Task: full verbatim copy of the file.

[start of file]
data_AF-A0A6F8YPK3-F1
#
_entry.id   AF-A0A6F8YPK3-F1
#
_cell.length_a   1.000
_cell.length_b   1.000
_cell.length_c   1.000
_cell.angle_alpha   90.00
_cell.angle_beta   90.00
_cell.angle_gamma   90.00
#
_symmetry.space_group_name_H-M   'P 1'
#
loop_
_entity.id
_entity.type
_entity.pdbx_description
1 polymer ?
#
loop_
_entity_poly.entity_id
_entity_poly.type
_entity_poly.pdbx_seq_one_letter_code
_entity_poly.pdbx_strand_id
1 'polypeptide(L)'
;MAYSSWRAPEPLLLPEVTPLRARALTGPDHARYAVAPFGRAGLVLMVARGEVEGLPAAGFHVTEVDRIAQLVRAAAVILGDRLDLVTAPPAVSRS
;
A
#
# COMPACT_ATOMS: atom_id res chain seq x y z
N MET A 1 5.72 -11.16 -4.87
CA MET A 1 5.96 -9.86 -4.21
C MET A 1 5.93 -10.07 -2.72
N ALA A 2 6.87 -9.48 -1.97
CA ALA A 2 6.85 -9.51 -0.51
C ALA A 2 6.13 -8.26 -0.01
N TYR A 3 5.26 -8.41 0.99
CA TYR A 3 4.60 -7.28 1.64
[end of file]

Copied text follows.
data_AF-A0A6F8YPK3-F1
#
_entry.id   AF-A0A6F8YPK3-F1
#
_cell.length_a   1.000
_cell.length_b   1.000
_cell.length_c   1.000
_cell.angle_alpha   90.00
_cell.angle_beta   90.00
_cell.angle_gamma   90.00
#
_symmetry.space_group_name_H-M   'P 1'
#
loop_
_entity.id
_entity.type
_entity.pdbx_description
1 polymer ?
#
loop_
_entity_poly.entity_id
_entity_poly.type
_entity_poly.pdbx_seq_one_letter_code
_entity_poly.pdbx_strand_id
1 'polypeptide(L)'
;MAYSSWRAPEPLLLPEVTPLRARALTGPDHARYAVAPFGRAGLVLMVARGEVEGLPAAGFHVTEVDRIAQLVRAAAVILGDRLDLVTAPPAVSRS
;
A
#
# COMPACT_ATOMS: atom_id res chain seq x y z
N MET A 1 5.72 -11.16 -4.87
CA MET A 1 5.96 -9.86 -4.21
C MET A 1 5.93 -10.07 -2.72
N ALA A 2 6.87 -9.48 -1.97
CA ALA A 2 6.85 -9.51 -0.51
C ALA A 2 6.13 -8.26 -0.01
N TYR A 3 5.26 -8.41 0.99
CA TYR A 3 4.60 -7.28 1.64